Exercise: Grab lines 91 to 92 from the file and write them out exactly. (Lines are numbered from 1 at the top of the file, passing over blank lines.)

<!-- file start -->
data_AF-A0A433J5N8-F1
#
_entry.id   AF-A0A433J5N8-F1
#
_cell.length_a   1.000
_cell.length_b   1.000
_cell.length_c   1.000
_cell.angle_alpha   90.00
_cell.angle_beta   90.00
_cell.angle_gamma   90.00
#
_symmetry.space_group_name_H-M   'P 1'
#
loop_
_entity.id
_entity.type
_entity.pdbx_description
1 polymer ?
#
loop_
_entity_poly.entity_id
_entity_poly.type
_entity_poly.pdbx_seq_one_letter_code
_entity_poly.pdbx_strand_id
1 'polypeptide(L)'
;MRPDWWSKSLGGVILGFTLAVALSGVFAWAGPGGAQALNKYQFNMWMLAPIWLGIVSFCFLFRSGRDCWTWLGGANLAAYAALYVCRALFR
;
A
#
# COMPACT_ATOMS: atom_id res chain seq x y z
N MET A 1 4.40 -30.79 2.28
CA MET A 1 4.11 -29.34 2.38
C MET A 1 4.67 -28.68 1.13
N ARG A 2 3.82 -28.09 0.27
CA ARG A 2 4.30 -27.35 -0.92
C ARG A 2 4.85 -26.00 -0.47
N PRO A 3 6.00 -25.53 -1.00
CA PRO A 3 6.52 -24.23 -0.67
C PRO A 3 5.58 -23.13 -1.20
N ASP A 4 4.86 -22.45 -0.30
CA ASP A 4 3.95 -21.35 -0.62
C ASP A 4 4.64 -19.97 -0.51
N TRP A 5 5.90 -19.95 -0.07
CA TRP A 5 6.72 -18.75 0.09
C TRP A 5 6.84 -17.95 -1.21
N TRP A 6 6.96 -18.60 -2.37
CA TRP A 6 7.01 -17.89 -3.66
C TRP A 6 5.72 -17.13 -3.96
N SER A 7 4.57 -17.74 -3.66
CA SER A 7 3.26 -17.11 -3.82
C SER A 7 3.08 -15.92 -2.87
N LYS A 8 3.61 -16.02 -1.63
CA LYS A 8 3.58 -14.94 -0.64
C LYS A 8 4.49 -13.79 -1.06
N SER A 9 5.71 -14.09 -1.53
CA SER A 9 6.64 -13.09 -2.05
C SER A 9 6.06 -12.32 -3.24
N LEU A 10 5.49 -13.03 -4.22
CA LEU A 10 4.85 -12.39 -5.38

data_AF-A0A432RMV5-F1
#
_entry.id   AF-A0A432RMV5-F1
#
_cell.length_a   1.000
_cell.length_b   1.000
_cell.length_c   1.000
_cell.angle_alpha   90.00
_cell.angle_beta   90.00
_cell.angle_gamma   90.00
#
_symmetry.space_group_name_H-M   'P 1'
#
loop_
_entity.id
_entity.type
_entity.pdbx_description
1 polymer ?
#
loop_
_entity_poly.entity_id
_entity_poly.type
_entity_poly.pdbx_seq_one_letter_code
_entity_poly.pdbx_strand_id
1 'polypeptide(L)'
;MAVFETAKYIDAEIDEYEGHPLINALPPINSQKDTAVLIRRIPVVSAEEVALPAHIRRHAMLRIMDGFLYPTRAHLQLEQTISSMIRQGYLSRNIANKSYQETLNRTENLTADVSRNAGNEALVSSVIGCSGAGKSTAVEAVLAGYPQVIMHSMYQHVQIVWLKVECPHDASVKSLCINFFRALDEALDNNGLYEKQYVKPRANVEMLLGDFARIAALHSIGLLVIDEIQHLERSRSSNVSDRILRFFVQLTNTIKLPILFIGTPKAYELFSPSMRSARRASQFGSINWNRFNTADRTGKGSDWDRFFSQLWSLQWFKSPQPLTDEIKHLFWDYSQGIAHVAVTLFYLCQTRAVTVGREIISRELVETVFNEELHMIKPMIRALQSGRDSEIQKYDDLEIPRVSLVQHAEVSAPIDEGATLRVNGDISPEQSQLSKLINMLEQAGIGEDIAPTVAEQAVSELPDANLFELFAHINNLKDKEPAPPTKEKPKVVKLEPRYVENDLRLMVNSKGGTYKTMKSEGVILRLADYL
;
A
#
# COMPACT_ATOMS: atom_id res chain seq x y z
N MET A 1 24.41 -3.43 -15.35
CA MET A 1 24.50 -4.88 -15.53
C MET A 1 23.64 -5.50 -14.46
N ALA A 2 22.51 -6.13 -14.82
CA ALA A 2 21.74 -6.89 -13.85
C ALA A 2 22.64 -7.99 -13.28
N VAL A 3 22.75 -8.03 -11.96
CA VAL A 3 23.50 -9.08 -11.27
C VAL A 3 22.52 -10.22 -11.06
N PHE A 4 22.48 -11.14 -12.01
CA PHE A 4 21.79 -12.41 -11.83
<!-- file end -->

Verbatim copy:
CA MET A 1 24.50 -4.88 -15.53
C MET A 1 23.64 -5.50 -14.46